Here is what I think happens with all these "supplements".  Brooke's diet is as balanced as any normal 10 year old, and lets say that an average day is 150g of carbs.  Doing the math would tell you that she would need about 10 units of insulin a day to cover the food she eats.

So, let's say that we started one of the supplements and replaced a normal meal or snack or whatever with the supplement.  Because the supplement is lower in carbs, her carb intake goes down, and her average intake is 120g of carbs a day.  Using the same math, that would reduce her insulin intake to 8 units a day.

She is still taking insulin, just not as much.  Reducing the amount of insulin needed is not a cure.  It just means she is taking less than she was before because she is ingesting less carbs than she was before. 

And also:  Insulin isn't bad.  All the normal people make insulin inside their bodies every day.  The insulin we give her saves her life.  It is not our goal to "get her off of insulin".  Unless of course a real cure is discovered, her body starts making its own insulin again, and she doesn't need to be injected anymore.  Then I'll make your head spin with how fast we "get her off the insulin".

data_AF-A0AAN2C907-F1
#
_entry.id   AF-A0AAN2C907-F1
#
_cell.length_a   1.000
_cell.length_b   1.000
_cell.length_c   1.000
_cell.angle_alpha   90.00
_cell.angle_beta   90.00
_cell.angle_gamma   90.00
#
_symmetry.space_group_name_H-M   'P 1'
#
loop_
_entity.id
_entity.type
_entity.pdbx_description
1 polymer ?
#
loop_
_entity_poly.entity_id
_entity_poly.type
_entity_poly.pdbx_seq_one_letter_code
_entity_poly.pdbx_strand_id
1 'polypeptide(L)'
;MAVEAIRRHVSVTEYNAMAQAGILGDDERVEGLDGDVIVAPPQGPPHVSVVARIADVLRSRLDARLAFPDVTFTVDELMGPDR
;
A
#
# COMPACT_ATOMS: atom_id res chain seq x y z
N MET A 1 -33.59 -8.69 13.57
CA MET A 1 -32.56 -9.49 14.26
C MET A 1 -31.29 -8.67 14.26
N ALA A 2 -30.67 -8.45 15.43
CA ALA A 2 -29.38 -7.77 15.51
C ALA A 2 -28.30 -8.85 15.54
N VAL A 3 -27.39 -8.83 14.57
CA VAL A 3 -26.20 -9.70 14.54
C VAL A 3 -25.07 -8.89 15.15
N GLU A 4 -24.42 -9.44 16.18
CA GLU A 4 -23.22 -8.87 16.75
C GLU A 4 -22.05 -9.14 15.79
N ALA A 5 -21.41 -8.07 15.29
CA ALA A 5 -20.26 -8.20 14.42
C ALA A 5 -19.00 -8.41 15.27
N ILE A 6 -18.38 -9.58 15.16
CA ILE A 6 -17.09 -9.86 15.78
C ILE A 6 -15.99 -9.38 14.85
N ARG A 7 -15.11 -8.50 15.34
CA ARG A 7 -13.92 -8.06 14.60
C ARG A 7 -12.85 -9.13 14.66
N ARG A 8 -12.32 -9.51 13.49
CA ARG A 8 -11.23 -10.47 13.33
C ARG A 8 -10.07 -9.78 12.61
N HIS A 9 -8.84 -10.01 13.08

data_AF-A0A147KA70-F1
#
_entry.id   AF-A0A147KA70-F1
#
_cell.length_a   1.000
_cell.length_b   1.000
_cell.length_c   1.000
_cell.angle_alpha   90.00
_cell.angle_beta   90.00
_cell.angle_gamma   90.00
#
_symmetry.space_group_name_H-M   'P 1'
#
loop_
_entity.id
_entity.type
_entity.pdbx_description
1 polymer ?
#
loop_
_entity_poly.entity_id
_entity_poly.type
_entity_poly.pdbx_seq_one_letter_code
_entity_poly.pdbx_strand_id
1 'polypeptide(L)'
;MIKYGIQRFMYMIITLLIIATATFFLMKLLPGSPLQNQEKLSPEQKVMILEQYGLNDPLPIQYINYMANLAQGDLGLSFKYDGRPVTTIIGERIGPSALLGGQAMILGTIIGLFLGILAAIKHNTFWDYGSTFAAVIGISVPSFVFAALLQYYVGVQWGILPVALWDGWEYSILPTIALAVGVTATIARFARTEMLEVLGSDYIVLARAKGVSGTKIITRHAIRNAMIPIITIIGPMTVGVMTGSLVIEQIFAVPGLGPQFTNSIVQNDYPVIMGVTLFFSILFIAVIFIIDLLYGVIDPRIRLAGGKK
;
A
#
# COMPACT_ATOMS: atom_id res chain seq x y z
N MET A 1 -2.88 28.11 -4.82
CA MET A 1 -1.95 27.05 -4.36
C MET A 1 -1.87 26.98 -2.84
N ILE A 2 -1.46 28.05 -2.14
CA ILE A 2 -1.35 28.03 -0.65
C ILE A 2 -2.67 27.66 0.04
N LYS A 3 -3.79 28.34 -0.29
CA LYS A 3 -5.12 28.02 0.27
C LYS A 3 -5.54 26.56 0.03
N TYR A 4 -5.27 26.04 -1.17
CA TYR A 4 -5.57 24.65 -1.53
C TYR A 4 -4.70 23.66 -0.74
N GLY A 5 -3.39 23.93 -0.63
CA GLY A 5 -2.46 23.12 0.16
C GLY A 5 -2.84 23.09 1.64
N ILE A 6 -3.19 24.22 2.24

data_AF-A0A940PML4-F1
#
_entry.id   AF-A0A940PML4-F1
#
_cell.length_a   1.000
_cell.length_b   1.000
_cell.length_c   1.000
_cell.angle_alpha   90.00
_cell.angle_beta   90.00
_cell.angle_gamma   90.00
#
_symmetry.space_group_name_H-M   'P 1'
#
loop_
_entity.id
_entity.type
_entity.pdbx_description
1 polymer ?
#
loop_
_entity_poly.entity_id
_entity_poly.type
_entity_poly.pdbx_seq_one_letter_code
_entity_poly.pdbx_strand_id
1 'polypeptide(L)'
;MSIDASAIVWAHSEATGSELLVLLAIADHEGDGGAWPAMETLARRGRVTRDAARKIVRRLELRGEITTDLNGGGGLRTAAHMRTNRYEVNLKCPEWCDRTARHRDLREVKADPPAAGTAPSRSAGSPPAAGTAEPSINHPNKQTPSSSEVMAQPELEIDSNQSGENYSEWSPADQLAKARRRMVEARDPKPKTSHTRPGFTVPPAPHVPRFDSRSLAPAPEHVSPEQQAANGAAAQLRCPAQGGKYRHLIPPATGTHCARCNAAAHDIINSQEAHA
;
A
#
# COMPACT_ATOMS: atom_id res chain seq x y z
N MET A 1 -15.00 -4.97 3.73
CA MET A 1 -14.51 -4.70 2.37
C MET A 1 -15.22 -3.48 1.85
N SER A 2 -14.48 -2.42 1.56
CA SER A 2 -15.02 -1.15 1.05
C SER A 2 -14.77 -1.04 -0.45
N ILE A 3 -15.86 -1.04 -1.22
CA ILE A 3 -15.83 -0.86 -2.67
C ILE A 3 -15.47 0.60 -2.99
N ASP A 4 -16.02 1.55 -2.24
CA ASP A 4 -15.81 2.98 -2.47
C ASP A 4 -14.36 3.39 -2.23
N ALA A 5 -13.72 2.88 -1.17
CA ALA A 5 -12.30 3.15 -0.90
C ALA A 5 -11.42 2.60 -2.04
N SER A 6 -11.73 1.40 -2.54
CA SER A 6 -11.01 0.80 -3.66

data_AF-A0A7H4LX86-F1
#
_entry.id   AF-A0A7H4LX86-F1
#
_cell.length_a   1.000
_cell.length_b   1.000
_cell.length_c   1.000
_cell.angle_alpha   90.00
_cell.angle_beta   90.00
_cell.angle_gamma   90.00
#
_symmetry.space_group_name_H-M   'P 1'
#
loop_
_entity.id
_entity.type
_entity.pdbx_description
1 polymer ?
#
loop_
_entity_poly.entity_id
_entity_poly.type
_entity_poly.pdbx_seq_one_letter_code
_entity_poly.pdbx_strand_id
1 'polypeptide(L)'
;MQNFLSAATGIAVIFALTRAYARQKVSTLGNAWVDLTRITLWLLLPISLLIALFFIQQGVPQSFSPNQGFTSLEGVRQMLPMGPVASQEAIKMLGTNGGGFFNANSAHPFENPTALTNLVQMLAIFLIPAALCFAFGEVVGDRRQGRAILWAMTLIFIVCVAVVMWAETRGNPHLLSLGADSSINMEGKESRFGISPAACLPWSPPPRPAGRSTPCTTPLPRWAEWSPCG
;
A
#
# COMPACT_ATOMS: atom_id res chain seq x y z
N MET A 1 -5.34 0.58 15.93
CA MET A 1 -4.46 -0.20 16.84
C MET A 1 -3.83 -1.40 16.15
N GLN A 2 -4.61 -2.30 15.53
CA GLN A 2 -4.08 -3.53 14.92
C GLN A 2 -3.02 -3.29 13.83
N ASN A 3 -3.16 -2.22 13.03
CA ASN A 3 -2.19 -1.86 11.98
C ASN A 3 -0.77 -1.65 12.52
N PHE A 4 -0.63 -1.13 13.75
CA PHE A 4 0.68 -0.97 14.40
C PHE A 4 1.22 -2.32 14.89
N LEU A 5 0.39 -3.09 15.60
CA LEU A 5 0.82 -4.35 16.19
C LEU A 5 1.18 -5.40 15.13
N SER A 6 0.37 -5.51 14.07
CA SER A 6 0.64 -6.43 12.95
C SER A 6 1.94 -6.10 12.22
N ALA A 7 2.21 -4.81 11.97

OK, your eyes started glazing over several paragraphs ago.  I'll stop.  If you ever have a question and want an honest, as accurate as possible answer, just ask.  I won't judge or make fun or get snarky.  I know you're just curious.  And I want to get good information out there.  It will help us all.


Su Wilcox said...

I LOL'd a bit at the "bad diabetes". Is there a good kind? :)

Jenni at talking hairdryer said...

Yeah, I never know how to answer that question:)

Mrs. Verner said...

Good explanations. Yes - I've heard it all over the last 18 years too. People don't seem to realize that their bodies use insulin too - it's just that their body does it automatically without having to use a syringe or a pump or any math calculations.

I laugh at the snarky answer part - because I say the same thing. Everyone always says - you're diabetic you shouldn't eat that. But like you said - should anyone?